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Quantum State

  1. Jun 16, 2008 #1
    Suppose you were given [tex]\sum_{i=0}^{2^n}\left| i\right>\left| f(i)\right>[/tex], is there something you can do so that when you measure in the computational basis, you have a large chance of getting a particular desired [itex]\left| i\right>\left| f(i)\right>[/itex]?
  2. jcsd
  3. Jun 16, 2008 #2
    Is LaTeX not working?
  4. Jun 16, 2008 #3
    That is rather odd. Let me give it a whirl. It works when I do a Preview Post I got the correct result. Let me try posting it

    [tex]\sum_{i=0}^{2^n}\left| i\right>\left| f(i)\right>[/tex]

    [itex]\left| i\right>\left| f(i)\right>[/itex]

    Seems to work for me. Pretty strange indeed!

    What do you mean by computational basis? What is |f(i)>? Is it an eigenket? I've never seen that notation before. Usually its written (if you are you referring to what I think you are) as |i>.

    Last edited: Jun 16, 2008
  5. Jun 16, 2008 #4
    I forgot to mention. [itex]f[/itex] is a function from [itex]\{0,1\}^n[/itex] to itself. Suppose I am given the superposition [tex]
    \sum_{i=0}^{2^n}\left| i\right>\left| f(i)\right>
    [/tex]. I want to measure a particular [itex]\left| i\right>\left| f(i)\right>[/itex] with 1 or very high probability. Is it possible to do that by applying some operator to [tex]
    \sum_{i=0}^{2^n}\left| i\right>\left| f(i)\right>
  6. Jun 16, 2008 #5
    I'm sorry but I don't understand that notation. Why are you raising a set to the power n??
    What does that notation mean? Also you didn't answer my question, i.e. what is |f(i)>? Note that I'm not asking what f(i) is. Does the ket |f(i)> represent an arbitrary quantum state? What do the values f(i) correspond to? Are they eigenvalues of some operator for which the eigenkets are |f(i)>? You do realize that |i> |f(i)> is the tensor product of two state vectors right? The ket |i> I assume is a basis ket for some Hilbert space.
    I recommend placing a carrige return before and after the tex label so that the equation doesn't appear inline. Its confusing when it does in that it looks really ugly.
    For this to be the case the coeffient must be close to 1. However you don't have any coefficients in that expression. Please check your notation and make sure its what you meant to post. Thanks.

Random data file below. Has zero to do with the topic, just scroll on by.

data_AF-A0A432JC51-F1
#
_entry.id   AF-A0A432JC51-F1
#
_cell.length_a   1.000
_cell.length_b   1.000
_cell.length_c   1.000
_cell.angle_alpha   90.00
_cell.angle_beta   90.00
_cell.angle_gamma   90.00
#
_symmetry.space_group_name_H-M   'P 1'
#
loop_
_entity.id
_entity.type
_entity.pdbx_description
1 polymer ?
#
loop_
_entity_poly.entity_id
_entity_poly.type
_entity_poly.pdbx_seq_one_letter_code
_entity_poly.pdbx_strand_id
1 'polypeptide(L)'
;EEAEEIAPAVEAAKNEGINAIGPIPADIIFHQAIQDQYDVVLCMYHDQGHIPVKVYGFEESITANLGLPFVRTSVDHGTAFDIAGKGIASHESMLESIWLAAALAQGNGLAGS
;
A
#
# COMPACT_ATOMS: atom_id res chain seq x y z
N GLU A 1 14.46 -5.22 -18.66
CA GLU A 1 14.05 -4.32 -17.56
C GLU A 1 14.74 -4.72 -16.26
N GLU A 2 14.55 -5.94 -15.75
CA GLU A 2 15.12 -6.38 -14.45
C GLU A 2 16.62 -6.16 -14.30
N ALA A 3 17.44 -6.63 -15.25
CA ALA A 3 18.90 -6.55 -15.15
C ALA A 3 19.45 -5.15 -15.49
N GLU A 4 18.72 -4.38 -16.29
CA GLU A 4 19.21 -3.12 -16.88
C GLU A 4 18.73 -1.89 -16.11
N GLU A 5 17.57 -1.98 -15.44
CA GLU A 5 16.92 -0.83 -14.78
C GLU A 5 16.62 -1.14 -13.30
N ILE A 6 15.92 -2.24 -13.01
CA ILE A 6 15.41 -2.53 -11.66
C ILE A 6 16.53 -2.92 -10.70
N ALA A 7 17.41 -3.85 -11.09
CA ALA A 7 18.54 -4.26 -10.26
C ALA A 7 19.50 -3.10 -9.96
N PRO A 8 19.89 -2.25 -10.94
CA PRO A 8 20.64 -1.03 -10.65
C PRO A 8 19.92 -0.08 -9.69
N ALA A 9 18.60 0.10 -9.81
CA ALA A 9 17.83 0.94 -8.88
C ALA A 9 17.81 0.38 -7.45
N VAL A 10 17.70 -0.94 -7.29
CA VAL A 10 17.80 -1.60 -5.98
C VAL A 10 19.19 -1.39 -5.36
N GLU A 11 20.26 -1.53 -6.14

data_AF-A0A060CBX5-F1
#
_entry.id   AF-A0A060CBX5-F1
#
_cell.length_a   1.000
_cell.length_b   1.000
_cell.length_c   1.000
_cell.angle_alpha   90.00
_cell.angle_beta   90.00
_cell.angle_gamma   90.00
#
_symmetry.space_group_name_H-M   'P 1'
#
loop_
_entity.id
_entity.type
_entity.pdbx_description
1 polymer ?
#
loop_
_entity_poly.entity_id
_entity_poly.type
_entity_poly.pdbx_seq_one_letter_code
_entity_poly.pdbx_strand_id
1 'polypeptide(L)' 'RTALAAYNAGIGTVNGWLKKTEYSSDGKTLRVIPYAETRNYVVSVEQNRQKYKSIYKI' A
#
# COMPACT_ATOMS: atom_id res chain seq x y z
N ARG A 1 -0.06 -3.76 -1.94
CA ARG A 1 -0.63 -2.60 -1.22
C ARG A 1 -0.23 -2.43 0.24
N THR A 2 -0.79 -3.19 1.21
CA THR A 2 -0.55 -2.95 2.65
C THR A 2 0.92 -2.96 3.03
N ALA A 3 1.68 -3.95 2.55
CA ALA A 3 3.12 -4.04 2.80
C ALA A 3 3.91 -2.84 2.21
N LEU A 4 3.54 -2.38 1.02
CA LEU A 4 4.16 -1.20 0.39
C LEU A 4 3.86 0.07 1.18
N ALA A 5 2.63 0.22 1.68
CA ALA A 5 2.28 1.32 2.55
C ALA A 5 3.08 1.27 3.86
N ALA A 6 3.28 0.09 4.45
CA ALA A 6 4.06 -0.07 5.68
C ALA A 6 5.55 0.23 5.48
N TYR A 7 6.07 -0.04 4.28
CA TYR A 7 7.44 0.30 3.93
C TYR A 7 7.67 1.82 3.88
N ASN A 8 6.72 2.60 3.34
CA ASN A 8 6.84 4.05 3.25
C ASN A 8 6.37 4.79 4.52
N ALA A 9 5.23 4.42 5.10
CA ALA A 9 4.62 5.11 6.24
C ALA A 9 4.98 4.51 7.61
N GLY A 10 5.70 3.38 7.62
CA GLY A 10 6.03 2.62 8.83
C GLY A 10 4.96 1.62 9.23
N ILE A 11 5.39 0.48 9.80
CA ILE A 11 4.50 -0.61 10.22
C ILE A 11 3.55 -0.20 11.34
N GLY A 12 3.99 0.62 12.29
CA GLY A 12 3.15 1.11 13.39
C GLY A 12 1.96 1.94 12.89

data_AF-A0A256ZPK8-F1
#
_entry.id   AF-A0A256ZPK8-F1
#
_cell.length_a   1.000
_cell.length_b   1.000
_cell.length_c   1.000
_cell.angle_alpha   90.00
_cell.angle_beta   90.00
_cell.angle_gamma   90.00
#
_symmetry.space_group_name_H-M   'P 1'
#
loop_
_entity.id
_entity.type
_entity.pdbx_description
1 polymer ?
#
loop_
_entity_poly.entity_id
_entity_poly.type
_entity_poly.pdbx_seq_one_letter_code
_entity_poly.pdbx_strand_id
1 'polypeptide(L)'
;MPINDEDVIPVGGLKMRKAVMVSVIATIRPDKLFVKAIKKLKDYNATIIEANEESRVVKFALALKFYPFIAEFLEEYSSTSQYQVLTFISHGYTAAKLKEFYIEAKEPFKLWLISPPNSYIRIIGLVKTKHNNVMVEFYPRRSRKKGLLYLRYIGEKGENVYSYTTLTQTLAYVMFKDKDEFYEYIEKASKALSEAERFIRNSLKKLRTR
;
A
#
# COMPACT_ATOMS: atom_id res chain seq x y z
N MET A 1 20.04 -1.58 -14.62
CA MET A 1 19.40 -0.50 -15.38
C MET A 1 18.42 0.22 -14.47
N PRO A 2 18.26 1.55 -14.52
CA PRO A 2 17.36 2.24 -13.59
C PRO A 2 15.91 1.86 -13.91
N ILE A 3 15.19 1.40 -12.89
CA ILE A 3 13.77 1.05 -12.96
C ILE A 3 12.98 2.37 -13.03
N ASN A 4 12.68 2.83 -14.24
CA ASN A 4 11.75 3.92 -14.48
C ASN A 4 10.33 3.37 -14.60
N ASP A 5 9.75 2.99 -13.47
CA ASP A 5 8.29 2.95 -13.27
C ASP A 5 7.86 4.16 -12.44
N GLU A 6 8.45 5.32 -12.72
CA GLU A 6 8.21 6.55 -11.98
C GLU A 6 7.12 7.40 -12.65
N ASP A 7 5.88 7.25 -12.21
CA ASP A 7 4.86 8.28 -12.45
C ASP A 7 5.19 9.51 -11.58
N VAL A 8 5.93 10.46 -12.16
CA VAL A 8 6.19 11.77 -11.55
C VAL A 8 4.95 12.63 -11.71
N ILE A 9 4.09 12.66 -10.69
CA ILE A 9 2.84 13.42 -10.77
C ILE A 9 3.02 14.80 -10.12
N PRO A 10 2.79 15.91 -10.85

7. Jun 16, 2008 #6
    {0,1}^n is the set of all n-length bit-strings. A general state of n qubits is described by [tex]\frac{1}{\sqrt{2^n}}\sum_{i=0}^{2^n}\alpha_i\left| i\right>[/tex], in the computational basis. Since f is just a permutation of the strings, [tex]\left| f(i)\right>[/tex] is just one ket of the said basis.
    Last edited: Jun 16, 2008
  8. Jun 16, 2008 #7
    Sorry but I can't help you. All this qubits and computational basis stuff is something I know nothing about. Good luck!

  9. Jun 16, 2008 #8
    wait, pmb, come back...

    Apparently this deals with spin 1/2 particles. The computational basis means,

    |0> = |spin up>
    |1> = |spin down>

    A ket, like this |1101> = |13> (in hexidecimal), is shorthand for |up> |up> |down> |up>.

    Dragonfly. I don't get it either. Is f(i) a digit, n bits long?
  10. Jun 16, 2008 #9
    Yes. Say f(3)=4, then somewhere in the superposition is the term [tex]\left| 3\right>\left| 4\right>[/tex]. Basically you'd get a superposition of all the input and values of f from 0 to 2^n.

    Now I want to somehow extract a PARTICULAR piece of information from that superposition, say f(3). Is this possible? I mean if I just measure the qubits without doing anything to them first then I'd just get a random term, and hence a random value of f.

    Now unfortunately I don't actually know any physical interpretation of all this stuff, so I can't refer to it as a "spin-1/2" particle.
    Last edited: Jun 16, 2008
  11. Jun 17, 2008 #10
    Yeah, you could do this I think, but I don't know why. It would throw away the parallelism that you'd be gaining in doing it in the first place.

    Let me clean up some of your notation first, if I may. Normally you'd have two registers, x and y. The x register (call it 8 bits long) would be prepared as a superposition of all binary values from 0 to 2^8-1=255. All the binary numbers from 0 to 255 would be equally represented in x. Register y is initialized to 8 bits of binary zero, |00000000>. Usually the word length (how many bits) is implied and just written as y=|0>.

    [tex]\left| x \right> = \frac{1}{\sqrt{2^n}}\sum_{i=0}^{2^n-1}\left| i \right>[/tex]

    [tex]\left| y \right> = \left| 0 \right> [/tex]

    Note that I fixed the index limit to 2n-1 so that there are 256 numbers respresented, in total.

    The idea is to take the register pair [tex]\left| x \right>\left| 0 \right> [/tex] to [tex]\left| x \right>\left| f(x) \right> [/tex] by applying some quantum gate that will mix |x> and |0> together to get y=f(x) and still leave you |x> so that the operation is reversible. (How, or if this manages to conserve information without mixing with the environment, is the question I'd like answered).

    After the gate operation is preformed, y = f(x). The register pair become:

    [tex]\left| x \right> \left| y \right> = \left| x \right> \left| f(x) \right>[/tex]